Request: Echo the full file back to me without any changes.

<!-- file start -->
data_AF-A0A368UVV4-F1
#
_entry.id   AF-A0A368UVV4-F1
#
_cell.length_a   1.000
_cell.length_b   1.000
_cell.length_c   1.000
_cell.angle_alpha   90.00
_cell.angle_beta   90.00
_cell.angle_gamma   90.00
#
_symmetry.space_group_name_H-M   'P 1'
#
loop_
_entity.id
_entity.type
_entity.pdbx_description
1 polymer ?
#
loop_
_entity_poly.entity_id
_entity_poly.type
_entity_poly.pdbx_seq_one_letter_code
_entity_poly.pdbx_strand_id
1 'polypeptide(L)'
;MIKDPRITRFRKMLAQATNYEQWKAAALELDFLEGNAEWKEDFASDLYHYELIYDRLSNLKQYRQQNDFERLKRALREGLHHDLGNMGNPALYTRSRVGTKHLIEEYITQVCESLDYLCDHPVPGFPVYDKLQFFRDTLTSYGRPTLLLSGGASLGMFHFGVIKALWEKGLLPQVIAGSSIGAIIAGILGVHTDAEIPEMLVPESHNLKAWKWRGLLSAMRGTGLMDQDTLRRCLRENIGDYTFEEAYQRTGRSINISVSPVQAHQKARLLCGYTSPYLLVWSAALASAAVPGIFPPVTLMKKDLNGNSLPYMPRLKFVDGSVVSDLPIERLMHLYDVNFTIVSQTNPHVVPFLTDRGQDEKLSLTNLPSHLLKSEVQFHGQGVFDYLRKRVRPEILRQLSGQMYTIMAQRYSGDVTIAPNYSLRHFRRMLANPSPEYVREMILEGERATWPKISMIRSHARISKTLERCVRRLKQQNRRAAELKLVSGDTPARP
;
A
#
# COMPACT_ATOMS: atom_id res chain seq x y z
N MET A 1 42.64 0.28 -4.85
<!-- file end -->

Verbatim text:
data_AF-A0A368UVV4-F1
#
_entry.id   AF-A0A368UVV4-F1
#
_cell.length_a   1.000
_cell.length_b   1.000
_cell.length_c   1.000
_cell.angle_alpha   90.00
_cell.angle_beta   90.00
_cell.angle_gamma   90.00
#
_symmetry.space_group_name_H-M   'P 1'
#
loop_
_entity.id
_entity.type
_entity.pdbx_description
1 polymer ?
#
loop_
_entity_poly.entity_id
_entity_poly.type
_entity_poly.pdbx_seq_one_letter_code
_entity_poly.pdbx_strand_id
1 'polypeptide(L)'
;MIKDPRITRFRKMLAQATNYEQWKAAALELDFLEGNAEWKEDFASDLYHYELIYDRLSNLKQYRQQNDFERLKRALREGLHHDLGNMGNPALYTRSRVGTKHLIEEYITQVCESLDYLCDHPVPGFPVYDKLQFFRDTLTSYGRPTLLLSGGASLGMFHFGVIKALWEKGLLPQVIAGSSIGAIIAGILGVHTDAEIPEMLVPESHNLKAWKWRGLLSAMRGTGLMDQDTLRRCLRENIGDYTFEEAYQRTGRSINISVSPVQAHQKARLLCGYTSPYLLVWSAALASAAVPGIFPPVTLMKKDLNGNSLPYMPRLKFVDGSVVSDLPIERLMHLYDVNFTIVSQTNPHVVPFLTDRGQDEKLSLTNLPSHLLKSEVQFHGQGVFDYLRKRVRPEILRQLSGQMYTIMAQRYSGDVTIAPNYSLRHFRRMLANPSPEYVREMILEGERATWPKISMIRSHARISKTLERCVRRLKQQNRRAAELKLVSGDTPARP
;
A
#
# COMPACT_ATOMS: atom_id res chain seq x y z
N MET A 1 42.64 0.28 -4.85